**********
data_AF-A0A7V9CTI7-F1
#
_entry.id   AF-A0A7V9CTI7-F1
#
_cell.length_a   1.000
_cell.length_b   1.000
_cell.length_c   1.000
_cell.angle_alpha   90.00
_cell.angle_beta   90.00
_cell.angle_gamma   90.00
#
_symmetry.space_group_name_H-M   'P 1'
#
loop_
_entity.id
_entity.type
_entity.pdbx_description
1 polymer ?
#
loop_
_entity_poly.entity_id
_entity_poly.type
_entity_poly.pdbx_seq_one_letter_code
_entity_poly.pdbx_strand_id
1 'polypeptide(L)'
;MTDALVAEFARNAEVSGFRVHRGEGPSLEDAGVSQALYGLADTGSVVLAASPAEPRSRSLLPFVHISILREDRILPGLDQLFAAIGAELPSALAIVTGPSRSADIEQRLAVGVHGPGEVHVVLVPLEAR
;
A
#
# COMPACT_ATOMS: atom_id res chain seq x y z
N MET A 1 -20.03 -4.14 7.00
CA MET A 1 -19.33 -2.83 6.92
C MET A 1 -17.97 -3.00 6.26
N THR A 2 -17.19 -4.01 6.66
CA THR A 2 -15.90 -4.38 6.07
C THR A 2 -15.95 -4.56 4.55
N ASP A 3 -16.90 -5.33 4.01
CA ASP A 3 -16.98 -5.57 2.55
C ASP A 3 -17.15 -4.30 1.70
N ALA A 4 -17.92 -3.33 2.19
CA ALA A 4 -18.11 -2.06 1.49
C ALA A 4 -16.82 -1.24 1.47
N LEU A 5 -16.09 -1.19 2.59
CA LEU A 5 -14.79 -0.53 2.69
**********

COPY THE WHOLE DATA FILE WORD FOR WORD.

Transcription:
data_AF-A0A7V9CTI7-F1
#
_entry.id   AF-A0A7V9CTI7-F1
#
_cell.length_a   1.000
_cell.length_b   1.000
_cell.length_c   1.000
_cell.angle_alpha   90.00
_cell.angle_beta   90.00
_cell.angle_gamma   90.00
#
_symmetry.space_group_name_H-M   'P 1'
#
loop_
_entity.id
_entity.type
_entity.pdbx_description
1 polymer ?
#
loop_
_entity_poly.entity_id
_entity_poly.type
_entity_poly.pdbx_seq_one_letter_code
_entity_poly.pdbx_strand_id
1 'polypeptide(L)'
;MTDALVAEFARNAEVSGFRVHRGEGPSLEDAGVSQALYGLADTGSVVLAASPAEPRSRSLLPFVHISILREDRILPGLDQLFAAIGAELPSALAIVTGPSRSADIEQRLAVGVHGPGEVHVVLVPLEAR
;
A
#
# COMPACT_ATOMS: atom_id res chain seq x y z
N MET A 1 -20.03 -4.14 7.00
CA MET A 1 -19.33 -2.83 6.92
C MET A 1 -17.97 -3.00 6.26
N THR A 2 -17.19 -4.01 6.66
CA THR A 2 -15.90 -4.38 6.07
C THR A 2 -15.95 -4.56 4.55
N ASP A 3 -16.90 -5.33 4.01
CA ASP A 3 -16.98 -5.57 2.55
C ASP A 3 -17.15 -4.30 1.70
N ALA A 4 -17.92 -3.33 2.19
CA ALA A 4 -18.11 -2.06 1.49
C ALA A 4 -16.82 -1.24 1.47
N LEU A 5 -16.09 -1.19 2.59
CA LEU A 5 -14.79 -0.53 2.69